Craig Fingrutd: RKC, AKC, MKC
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We designed this to be used as a reference, training guide, and educational tool for anyone wanting to study kettlebells.  This is intended to be used for any level of kettlebell practitioner from the beginner to the highly advanced beller.  The idea is to break things down in their simplest form then build up from there.  To do this, everything pertaining to the kettlebell was codified.  This terminology is used when doing a set of techniques on the fly of a non-stop routine.  In the performance of the routine the terminology describes the grip, hands, form, body movement, technique, etc.     

There are 2 basic styles of kettlebell training, a hard style (RKC/MKC) and a soft style (AKC/WKC). We define a hard style where you use a great deal of body tension through the working phase of the movement. You expend a lot of energy on the execution of each movement. A soft style uses as little effort as possible through the working phase trying to conserve energy as well as stay relaxed between movements. This allows them to work for long periods of time doing, with more weight along with a large number of repetitions. It's very hard and emanding even though we say soft style.The RKC was the 1st to bring kettlebells to the masses since about 2000. The AKC has become popular since about 2006. Most people that train kettlebells believe in one style over the other. We teach and train in both styles. They both have benefits. Try the style that you think fits you best. Train for a long time learning the correct form and expression. Then try the other style and see what you think.    

In order for you to get to the more advanced techniques or other training tools, you will first need to have a solid foundation in the basics for they are the root and base of the system.   For the beginner, you should start with what are considered the 6 basic techniques.  They are the Swing, Clean, Press, Snatch, Squat, and Turkish Get-Up.   These basics are clearly marked in the technique section.   

The Swing is the basic of all the swinging techniques.  Learn it well.  It will teach you how to generate core power using your thighs, gluts and abs.  You will learn to use your hips by snapping them to generate explosive power as you swing the bell.  You should try a Towel/Belt Swing or the Power Swing to test your technical proficiency of the Swing.  Once you learn the Swing, the Clean should be studied next followed in the order of the basic techniques listed above.  Once you feel comfortable with these basics try different grips/holds and hands with the basics.  Practice, practice, and practice some more.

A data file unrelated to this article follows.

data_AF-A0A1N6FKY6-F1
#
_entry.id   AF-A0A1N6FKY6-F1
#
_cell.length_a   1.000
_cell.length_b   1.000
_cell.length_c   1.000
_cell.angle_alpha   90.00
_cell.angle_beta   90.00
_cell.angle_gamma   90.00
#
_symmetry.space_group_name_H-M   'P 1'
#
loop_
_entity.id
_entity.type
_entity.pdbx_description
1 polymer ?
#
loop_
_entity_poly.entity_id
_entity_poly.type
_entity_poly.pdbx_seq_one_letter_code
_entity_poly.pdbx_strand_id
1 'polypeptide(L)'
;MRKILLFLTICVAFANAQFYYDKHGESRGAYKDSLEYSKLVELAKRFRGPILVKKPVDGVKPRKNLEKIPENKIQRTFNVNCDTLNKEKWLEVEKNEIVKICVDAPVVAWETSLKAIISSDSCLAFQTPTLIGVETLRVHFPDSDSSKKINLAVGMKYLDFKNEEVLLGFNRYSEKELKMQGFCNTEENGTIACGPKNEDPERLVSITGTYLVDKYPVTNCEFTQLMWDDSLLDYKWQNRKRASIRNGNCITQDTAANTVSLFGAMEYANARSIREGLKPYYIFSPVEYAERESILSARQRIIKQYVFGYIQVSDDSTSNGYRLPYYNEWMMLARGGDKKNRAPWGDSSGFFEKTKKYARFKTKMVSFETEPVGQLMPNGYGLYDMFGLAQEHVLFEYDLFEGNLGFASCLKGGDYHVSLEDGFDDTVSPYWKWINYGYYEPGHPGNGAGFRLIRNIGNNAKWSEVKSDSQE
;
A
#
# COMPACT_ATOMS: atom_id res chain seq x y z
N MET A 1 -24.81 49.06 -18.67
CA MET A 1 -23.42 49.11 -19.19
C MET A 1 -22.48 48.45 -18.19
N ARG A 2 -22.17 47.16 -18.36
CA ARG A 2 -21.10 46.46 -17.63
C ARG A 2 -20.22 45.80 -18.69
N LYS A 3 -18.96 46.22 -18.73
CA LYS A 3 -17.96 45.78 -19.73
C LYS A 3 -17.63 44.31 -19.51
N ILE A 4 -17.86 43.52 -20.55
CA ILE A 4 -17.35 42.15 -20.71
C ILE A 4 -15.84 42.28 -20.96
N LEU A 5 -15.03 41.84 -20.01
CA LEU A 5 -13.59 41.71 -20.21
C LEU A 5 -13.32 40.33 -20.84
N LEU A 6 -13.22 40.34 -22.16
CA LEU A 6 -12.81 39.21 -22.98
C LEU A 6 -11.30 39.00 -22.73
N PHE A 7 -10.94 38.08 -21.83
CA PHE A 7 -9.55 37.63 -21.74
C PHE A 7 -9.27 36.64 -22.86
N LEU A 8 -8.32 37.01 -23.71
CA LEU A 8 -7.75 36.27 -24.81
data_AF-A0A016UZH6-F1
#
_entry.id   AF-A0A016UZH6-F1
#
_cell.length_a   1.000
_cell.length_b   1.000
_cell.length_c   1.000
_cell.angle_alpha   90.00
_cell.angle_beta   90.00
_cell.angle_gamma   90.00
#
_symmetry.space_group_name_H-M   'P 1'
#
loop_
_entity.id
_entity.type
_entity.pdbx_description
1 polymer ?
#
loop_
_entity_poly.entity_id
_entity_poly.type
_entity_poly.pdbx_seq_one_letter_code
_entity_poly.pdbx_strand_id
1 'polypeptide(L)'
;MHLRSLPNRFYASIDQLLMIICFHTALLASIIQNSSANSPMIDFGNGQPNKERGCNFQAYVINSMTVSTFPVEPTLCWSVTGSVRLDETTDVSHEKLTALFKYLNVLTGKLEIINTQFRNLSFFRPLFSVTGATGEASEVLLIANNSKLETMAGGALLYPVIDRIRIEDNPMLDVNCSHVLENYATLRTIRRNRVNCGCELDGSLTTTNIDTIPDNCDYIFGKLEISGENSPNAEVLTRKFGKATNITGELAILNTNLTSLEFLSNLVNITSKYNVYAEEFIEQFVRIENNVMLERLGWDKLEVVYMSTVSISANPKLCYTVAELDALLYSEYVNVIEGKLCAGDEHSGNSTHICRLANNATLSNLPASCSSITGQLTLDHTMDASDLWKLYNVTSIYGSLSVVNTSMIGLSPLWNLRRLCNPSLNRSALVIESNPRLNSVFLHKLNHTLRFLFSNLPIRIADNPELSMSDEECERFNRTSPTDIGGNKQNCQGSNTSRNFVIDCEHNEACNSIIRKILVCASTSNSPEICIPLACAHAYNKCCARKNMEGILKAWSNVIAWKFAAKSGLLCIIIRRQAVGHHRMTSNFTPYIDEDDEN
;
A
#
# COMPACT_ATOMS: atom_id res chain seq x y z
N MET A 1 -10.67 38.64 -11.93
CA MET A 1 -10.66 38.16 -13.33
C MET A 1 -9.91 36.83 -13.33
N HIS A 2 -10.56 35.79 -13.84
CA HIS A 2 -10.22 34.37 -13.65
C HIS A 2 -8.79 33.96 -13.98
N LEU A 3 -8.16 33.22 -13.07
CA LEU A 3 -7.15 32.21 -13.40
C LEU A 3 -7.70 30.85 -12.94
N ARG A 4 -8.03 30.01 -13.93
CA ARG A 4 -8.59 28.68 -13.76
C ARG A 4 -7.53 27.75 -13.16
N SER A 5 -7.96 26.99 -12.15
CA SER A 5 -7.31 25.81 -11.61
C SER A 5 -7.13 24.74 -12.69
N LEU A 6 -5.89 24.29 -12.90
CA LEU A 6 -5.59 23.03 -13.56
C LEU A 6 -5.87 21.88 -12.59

Once you become proficient with the basics you should start on combinations, different drills and workout routines.  There are many techniques that are listed that will challenge not only your body but your mind.  These techniques are not new but have existed since man first started training the body.  They are only new to incorporating them with the kettlebell.  The kettlebell is used as a tool to perform these techniques. 

We consider the kettlebell to be the ultimate tool for all-around fitness and cross training.  Kettlebell workouts increase strength, endurance, agility, and balance, challenging both the muscular and cardiovascular system with dynamic total-body movements. 

You can take virtually any sport or discipline and adapt the kettlebell to the movements of that art.  This can be seen throughout many of the kettlebell techniques that are shown.  If you use correct principals on body alignment and use proper form whenever you introduce a kettlebell into any movement, this will only improve what you do in your other disciplines.  For example, a martial arts practitioner can hold the kettlebells in the rack and perform their pattern of moving in and out of defensive and offensive positions.  See what you feel like when moving with the bells.  It can improve the way you move within your system by applying the kettlebells as a training and conditioning tool. 

If things get too easy or if you do not feel you are getting enough of a workout with the kettlebells there are many ways to make things more difficult.  It is easy to use a heavier kettlebell but there are other things you can do before increasing the size of the bell.  Use two kettlebells (power) instead of one.  Try moving alternating power cleans followed by power swings, power cleans, power presses, and power snatches.  For good measure throw in power racked squats with a sots press at the bottom.  That should wear you out.  There are also other tools that will work you harder such as the large ball, half ball, and half flat balancer to name a few.  These will take your core strength and overall conditioning up several notches.  It is easy to mix the kettlebell with other tools to get the maximum benefit from your workout. 

The beauty of the bells is that it is a never ending study.  We have been studying the kettlebell since 2001.  It never amazes us that we constantly come up with new techniques or combinations then add them to a drill or routine.  This grip/hold with this set of hands with these techniques, moving with different stances, switching sides, using an addition tool, all mixed together.  It is never ending.

This is in no way a complete guide on the kettlebell.  We have not included many techniques that can be performed.  With our on going studies, teaching, and training we will continually update this work with new techniques, combinations, drills and routines.  It is our goal to educate ourselves and others on the skills and techniques of the kettlebell. 

Remember to visit our site www.kettlebellworks.com for updates in kettlebell training. We also welcome your comments and questions.    

Last Updated 12/05/10

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